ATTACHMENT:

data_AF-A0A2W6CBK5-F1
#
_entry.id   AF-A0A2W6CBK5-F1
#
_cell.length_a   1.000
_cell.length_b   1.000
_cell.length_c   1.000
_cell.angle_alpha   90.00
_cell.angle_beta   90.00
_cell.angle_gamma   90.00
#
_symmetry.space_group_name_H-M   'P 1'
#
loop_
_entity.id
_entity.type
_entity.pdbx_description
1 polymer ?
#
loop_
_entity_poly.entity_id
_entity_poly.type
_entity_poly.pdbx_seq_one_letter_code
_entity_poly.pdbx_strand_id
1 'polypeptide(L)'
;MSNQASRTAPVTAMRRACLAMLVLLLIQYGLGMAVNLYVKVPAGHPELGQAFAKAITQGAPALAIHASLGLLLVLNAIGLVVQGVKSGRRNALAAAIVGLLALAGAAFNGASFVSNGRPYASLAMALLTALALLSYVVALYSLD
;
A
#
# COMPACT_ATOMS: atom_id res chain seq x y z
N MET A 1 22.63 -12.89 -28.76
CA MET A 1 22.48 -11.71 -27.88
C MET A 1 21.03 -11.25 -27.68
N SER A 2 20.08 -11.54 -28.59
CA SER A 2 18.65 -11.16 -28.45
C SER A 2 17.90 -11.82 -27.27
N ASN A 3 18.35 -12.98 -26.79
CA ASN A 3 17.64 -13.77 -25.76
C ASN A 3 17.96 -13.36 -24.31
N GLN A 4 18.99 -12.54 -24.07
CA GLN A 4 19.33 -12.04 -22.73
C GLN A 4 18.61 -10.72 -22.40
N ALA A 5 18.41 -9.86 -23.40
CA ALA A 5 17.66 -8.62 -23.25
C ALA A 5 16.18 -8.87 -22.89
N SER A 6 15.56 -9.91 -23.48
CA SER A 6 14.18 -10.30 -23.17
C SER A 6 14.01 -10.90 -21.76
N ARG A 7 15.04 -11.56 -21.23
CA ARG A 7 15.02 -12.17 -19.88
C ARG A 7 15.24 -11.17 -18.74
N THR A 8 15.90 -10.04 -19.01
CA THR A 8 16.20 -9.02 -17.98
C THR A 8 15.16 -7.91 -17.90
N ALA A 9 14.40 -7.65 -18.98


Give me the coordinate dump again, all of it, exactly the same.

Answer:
data_AF-A0A2W6CBK5-F1
#
_entry.id   AF-A0A2W6CBK5-F1
#
_cell.length_a   1.000
_cell.length_b   1.000
_cell.length_c   1.000
_cell.angle_alpha   90.00
_cell.angle_beta   90.00
_cell.angle_gamma   90.00
#
_symmetry.space_group_name_H-M   'P 1'
#
loop_
_entity.id
_entity.type
_entity.pdbx_description
1 polymer ?
#
loop_
_entity_poly.entity_id
_entity_poly.type
_entity_poly.pdbx_seq_one_letter_code
_entity_poly.pdbx_strand_id
1 'polypeptide(L)'
;MSNQASRTAPVTAMRRACLAMLVLLLIQYGLGMAVNLYVKVPAGHPELGQAFAKAITQGAPALAIHASLGLLLVLNAIGLVVQGVKSGRRNALAAAIVGLLALAGAAFNGASFVSNGRPYASLAMALLTALALLSYVVALYSLD
;
A
#
# COMPACT_ATOMS: atom_id res chain seq x y z
N MET A 1 22.63 -12.89 -28.76
CA MET A 1 22.48 -11.71 -27.88
C MET A 1 21.03 -11.25 -27.68
N SER A 2 20.08 -11.54 -28.59
CA SER A 2 18.65 -11.16 -28.45
C SER A 2 17.90 -11.82 -27.27
N ASN A 3 18.35 -12.98 -26.79
CA ASN A 3 17.64 -13.77 -25.76
C ASN A 3 17.96 -13.36 -24.31
N GLN A 4 18.99 -12.54 -24.07
CA GLN A 4 19.33 -12.04 -22.73
C GLN A 4 18.61 -10.72 -22.40
N ALA A 5 18.41 -9.86 -23.40
CA ALA A 5 17.66 -8.62 -23.25
C ALA A 5 16.18 -8.87 -22.89
N SER A 6 15.56 -9.91 -23.48
CA SER A 6 14.18 -10.30 -23.17
C SER A 6 14.01 -10.90 -21.76
N ARG A 7 15.04 -11.56 -21.23
CA ARG A 7 15.02 -12.17 -19.88
C ARG A 7 15.24 -11.17 -18.74
N THR A 8 15.90 -10.04 -19.01
CA THR A 8 16.20 -9.02 -17.98
C THR A 8 15.16 -7.91 -17.90
N ALA A 9 14.40 -7.65 -18.98